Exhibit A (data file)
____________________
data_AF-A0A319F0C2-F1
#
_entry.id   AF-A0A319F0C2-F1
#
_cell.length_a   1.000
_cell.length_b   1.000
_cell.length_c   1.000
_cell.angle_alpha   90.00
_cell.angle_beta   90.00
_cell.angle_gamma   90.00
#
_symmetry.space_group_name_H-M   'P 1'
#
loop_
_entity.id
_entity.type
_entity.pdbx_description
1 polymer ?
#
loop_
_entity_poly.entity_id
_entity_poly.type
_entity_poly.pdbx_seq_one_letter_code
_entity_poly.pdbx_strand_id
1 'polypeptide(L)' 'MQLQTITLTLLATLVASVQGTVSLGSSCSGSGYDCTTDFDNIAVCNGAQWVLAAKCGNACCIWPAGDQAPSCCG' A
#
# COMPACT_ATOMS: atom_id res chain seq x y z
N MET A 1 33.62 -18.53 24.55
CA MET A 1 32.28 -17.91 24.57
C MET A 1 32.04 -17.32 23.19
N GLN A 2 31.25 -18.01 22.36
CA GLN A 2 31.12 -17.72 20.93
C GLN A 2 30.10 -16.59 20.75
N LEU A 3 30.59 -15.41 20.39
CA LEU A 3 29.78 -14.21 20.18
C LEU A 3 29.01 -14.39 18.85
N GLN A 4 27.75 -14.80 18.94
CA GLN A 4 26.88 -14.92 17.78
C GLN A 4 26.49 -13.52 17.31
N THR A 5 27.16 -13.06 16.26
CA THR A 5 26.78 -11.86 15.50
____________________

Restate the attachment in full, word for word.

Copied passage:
data_AF-A0A319F0C2-F1
#
_entry.id   AF-A0A319F0C2-F1
#
_cell.length_a   1.000
_cell.length_b   1.000
_cell.length_c   1.000
_cell.angle_alpha   90.00
_cell.angle_beta   90.00
_cell.angle_gamma   90.00
#
_symmetry.space_group_name_H-M   'P 1'
#
loop_
_entity.id
_entity.type
_entity.pdbx_description
1 polymer ?
#
loop_
_entity_poly.entity_id
_entity_poly.type
_entity_poly.pdbx_seq_one_letter_code
_entity_poly.pdbx_strand_id
1 'polypeptide(L)' 'MQLQTITLTLLATLVASVQGTVSLGSSCSGSGYDCTTDFDNIAVCNGAQWVLAAKCGNACCIWPAGDQAPSCCG' A
#
# COMPACT_ATOMS: atom_id res chain seq x y z
N MET A 1 33.62 -18.53 24.55
CA MET A 1 32.28 -17.91 24.57
C MET A 1 32.04 -17.32 23.19
N GLN A 2 31.25 -18.01 22.36
CA GLN A 2 31.12 -17.72 20.93
C GLN A 2 30.10 -16.59 20.75
N LEU A 3 30.59 -15.41 20.39
CA LEU A 3 29.78 -14.21 20.18
C LEU A 3 29.01 -14.39 18.85
N GLN A 4 27.75 -14.80 18.94
CA GLN A 4 26.88 -14.92 17.78
C GLN A 4 26.49 -13.52 17.31
N THR A 5 27.16 -13.06 16.26
CA THR A 5 26.78 -11.86 15.50